Eugene Falconer (the employee) was struck by a hydraulic arm attached to the truck he was operating while working at a waste management site in Bessemer, Alabama, in May 2020. The hydraulic arm connected a defective tarping system to the employee’s work truck. Pins that serve as attachment points were designed and installed without any way to lock and secure them in place when the arms are engaged. The attachment for the driver-side arm of the truck failed, allowing the arm to fall and strike the employee. The equipment failure caused him serious injuries, including paralysis and ultimately results in his death.

The defective tarping system was designed and made by the defendants, including Wastequip Manufacturing Company, LLC. The injured worker suffered in a hospital bed for over a year before succumbing to his injuries caused by the defendants’ defective equipment installed on a truck he operated in his job. The defendants knew the tarping system’s design was unsafe and put operators at risk for injury and death. Our client, the widow, seeks to hold the defendants accountable for her husband’s death, and she wants them to correct and eliminate the dangers created by the defective equipment.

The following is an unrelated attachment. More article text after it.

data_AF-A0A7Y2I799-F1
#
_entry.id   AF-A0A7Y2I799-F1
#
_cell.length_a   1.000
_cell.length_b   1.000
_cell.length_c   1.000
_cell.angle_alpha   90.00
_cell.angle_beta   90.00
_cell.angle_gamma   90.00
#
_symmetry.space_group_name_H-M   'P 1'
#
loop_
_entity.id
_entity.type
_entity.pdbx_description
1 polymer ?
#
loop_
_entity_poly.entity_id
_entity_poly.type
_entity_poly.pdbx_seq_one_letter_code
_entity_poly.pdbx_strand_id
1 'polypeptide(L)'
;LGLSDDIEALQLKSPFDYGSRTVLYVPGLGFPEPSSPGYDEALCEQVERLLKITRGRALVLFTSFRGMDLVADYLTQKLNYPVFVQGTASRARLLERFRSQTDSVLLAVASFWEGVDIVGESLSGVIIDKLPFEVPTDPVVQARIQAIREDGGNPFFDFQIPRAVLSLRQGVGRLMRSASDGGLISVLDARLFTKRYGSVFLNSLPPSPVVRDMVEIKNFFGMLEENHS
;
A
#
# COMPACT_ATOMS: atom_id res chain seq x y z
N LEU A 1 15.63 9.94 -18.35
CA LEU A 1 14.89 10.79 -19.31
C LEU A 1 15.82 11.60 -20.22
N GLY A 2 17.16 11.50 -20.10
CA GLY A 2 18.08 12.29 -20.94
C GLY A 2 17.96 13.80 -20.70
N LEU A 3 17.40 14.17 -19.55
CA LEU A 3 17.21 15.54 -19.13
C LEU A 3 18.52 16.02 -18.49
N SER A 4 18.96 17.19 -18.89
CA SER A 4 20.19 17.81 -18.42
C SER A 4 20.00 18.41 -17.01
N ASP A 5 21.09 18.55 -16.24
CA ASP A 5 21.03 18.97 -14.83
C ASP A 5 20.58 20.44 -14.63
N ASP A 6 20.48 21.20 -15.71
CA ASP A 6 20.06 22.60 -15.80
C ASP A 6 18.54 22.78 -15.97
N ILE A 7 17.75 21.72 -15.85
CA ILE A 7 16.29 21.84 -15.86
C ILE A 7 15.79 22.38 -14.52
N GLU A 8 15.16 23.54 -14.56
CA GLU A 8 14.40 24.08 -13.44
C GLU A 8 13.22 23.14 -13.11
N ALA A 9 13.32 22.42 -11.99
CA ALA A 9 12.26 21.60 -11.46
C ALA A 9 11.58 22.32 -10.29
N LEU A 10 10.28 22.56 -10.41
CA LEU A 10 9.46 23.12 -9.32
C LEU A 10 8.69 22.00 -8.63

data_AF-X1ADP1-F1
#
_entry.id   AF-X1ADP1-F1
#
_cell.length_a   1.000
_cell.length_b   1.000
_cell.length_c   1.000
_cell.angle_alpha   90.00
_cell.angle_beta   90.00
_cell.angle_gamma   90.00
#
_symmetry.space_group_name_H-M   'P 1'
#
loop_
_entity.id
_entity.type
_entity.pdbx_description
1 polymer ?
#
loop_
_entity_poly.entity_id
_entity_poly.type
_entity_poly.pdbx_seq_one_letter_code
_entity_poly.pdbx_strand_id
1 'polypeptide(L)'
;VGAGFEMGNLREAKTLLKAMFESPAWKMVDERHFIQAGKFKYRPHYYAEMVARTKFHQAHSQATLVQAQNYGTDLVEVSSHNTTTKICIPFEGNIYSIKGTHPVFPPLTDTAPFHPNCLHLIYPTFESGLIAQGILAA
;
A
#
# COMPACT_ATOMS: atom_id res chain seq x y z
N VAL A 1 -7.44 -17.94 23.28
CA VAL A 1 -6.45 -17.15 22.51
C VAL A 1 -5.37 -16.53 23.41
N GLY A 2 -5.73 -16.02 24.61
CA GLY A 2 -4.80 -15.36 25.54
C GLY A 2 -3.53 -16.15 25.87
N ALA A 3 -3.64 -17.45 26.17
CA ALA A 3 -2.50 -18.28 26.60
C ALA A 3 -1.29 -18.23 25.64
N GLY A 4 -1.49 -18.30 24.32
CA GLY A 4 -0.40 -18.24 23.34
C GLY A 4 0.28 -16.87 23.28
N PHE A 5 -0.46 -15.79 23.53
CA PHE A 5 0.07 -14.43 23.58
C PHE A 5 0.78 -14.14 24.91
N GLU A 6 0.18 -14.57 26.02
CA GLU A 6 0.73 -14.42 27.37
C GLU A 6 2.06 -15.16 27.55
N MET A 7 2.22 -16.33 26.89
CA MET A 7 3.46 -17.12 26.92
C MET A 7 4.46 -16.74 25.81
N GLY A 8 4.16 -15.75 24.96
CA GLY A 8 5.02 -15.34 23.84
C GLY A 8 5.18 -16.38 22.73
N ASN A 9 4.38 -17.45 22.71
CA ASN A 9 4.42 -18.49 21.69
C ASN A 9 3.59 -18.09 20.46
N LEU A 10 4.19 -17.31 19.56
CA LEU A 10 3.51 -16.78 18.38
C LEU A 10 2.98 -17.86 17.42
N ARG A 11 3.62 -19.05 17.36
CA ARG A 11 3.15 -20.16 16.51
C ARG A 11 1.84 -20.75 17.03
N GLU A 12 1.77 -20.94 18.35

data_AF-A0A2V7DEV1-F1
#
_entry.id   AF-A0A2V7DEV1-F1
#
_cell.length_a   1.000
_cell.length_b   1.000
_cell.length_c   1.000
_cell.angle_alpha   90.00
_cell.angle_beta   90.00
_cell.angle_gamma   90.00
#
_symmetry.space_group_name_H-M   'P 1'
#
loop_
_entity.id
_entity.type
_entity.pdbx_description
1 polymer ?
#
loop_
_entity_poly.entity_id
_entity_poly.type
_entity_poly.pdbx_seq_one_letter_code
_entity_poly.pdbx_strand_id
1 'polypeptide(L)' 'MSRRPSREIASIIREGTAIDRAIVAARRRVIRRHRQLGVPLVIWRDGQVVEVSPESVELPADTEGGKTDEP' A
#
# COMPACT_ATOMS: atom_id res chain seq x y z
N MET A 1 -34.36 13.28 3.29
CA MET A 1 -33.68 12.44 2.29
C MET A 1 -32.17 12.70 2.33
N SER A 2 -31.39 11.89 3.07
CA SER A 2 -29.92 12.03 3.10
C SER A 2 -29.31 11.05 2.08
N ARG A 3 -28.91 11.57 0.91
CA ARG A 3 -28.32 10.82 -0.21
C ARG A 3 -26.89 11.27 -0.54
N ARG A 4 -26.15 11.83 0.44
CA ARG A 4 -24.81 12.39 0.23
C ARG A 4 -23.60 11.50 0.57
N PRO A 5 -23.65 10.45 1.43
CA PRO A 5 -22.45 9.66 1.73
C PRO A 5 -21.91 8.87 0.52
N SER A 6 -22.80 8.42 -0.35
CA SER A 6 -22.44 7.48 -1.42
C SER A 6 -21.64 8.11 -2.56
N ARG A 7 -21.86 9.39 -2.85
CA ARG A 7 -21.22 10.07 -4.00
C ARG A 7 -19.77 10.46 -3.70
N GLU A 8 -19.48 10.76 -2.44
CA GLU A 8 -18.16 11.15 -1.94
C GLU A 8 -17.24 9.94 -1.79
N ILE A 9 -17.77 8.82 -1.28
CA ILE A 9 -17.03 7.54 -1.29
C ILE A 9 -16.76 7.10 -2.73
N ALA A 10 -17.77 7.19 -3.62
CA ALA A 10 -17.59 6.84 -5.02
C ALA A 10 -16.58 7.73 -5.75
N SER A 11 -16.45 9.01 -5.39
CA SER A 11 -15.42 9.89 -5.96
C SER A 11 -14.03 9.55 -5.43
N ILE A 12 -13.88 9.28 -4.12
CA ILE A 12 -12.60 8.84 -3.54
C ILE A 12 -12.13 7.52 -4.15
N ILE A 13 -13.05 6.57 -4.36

The lawsuit states that the defendants negligently “designed manufactured, built, assembled, installed, inspected, sold and or distributed the subject truck and the tarping system” and that the equipment was “unreasonably dangerous and defective.” The defendants failed to adequately warn end-users such as Eugene Falconer of the dangers of the equipment.

The complaint is filed in the U.S. District Court for the Northern District of Alabama, Eastern Division. Mike Andrews and Parker Miller, lawyers in our firm’s Personal Injury & Product Liability Section, and Doug Roy, a Birmingham lawyer, are handling this case for Mrs. Falconer. If you have any questions or need more information, contact Mike or Parker at 800-898-2034 or email at [email protected] or [email protected].

When Workers’ Compensation Laws Hinder Injured Workers